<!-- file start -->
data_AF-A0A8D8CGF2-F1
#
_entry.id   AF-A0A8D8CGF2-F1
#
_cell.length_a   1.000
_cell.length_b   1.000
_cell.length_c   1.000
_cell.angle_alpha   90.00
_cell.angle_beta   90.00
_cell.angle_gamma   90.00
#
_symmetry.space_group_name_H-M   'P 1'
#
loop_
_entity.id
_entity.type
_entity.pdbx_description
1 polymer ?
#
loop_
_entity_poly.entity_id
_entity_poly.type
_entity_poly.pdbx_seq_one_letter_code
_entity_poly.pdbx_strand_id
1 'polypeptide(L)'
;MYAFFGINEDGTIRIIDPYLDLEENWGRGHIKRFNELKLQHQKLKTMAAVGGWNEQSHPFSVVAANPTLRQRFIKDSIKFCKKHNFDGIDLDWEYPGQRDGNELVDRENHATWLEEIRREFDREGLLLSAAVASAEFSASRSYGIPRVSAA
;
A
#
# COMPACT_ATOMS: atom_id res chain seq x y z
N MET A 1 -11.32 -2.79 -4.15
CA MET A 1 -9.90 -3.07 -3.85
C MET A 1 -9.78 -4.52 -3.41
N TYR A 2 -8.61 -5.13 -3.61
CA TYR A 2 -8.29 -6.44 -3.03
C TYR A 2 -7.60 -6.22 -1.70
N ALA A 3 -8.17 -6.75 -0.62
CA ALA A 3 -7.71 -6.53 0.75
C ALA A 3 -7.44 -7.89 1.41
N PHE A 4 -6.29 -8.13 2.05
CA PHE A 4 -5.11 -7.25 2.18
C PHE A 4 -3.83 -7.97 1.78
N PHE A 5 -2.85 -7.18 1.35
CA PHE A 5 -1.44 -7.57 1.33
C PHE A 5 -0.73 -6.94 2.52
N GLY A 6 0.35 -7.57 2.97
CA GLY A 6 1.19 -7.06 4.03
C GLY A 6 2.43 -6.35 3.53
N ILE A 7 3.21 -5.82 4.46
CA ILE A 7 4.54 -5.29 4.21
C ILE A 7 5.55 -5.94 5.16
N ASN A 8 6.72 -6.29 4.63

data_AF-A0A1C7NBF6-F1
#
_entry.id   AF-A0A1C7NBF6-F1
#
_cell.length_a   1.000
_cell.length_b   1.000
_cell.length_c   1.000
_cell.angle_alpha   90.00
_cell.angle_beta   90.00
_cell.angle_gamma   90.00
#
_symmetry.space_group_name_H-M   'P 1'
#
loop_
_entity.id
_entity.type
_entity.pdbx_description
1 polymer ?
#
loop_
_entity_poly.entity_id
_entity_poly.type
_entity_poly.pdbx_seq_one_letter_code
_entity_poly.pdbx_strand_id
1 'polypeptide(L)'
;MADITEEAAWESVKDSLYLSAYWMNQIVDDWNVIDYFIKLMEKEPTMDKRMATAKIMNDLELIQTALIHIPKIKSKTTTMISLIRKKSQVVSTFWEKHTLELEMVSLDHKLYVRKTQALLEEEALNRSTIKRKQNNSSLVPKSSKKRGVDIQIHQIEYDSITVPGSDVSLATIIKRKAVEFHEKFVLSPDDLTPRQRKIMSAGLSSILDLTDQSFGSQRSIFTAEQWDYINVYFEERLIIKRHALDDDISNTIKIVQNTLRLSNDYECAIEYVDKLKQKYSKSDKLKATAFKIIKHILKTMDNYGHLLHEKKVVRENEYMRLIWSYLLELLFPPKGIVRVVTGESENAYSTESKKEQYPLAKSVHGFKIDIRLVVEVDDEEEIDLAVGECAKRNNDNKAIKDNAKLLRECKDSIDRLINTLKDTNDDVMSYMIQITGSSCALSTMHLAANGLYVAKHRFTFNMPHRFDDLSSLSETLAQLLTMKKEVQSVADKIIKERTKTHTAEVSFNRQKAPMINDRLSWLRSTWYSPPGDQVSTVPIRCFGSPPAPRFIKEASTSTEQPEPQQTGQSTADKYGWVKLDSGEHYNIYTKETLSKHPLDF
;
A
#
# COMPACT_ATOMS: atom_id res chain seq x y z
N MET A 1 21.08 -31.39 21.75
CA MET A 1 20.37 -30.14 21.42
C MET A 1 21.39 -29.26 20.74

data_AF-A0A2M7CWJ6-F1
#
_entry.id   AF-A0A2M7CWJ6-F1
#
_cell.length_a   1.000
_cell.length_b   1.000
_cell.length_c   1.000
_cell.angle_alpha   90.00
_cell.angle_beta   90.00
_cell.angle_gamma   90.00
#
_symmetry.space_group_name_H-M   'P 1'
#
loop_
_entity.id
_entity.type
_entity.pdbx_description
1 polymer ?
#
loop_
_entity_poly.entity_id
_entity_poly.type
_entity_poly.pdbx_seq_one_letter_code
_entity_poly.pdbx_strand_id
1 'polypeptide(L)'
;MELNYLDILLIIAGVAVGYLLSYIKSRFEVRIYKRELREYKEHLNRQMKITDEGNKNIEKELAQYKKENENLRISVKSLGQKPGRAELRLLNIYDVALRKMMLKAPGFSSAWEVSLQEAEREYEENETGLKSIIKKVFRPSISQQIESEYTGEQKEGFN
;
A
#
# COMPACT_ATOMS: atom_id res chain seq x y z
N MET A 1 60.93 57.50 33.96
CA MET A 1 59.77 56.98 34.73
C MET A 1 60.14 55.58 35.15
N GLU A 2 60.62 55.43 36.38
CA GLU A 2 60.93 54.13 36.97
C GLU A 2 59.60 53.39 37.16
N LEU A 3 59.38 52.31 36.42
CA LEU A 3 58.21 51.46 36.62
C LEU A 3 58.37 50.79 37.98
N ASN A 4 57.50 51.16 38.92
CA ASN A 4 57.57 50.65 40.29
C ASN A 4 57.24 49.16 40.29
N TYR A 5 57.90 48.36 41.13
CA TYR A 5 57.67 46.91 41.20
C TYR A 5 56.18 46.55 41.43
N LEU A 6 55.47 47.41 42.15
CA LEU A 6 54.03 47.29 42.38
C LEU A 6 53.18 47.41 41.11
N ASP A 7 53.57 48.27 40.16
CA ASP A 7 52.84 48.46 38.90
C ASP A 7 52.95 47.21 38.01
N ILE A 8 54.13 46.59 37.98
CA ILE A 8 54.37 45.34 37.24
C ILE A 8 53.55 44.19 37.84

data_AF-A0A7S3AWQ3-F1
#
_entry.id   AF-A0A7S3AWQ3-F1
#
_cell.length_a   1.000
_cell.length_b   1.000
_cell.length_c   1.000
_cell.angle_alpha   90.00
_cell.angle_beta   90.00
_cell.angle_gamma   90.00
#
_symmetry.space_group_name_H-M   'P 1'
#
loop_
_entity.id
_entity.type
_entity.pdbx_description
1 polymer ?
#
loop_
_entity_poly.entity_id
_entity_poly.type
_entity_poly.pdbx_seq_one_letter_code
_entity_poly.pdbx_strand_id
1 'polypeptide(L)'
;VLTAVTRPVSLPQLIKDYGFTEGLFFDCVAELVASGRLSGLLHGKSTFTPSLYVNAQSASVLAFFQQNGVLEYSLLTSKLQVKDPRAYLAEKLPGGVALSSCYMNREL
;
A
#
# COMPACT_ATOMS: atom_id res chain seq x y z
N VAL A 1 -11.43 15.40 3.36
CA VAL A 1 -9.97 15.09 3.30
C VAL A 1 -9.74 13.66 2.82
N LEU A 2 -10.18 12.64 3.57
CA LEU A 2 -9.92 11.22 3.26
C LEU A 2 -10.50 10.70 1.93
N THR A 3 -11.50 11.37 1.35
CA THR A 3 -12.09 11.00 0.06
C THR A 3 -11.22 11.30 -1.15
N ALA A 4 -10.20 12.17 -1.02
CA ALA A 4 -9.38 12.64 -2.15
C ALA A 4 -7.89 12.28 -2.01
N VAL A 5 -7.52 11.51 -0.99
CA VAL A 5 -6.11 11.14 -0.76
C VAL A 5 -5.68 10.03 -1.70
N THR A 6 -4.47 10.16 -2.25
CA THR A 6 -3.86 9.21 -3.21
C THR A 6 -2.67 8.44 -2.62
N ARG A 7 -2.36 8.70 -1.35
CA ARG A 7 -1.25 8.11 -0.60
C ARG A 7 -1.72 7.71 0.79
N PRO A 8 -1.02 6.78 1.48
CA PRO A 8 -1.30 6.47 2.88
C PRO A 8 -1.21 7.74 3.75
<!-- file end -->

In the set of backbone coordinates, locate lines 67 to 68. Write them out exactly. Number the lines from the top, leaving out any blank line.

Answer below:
_entity.id
_entity.type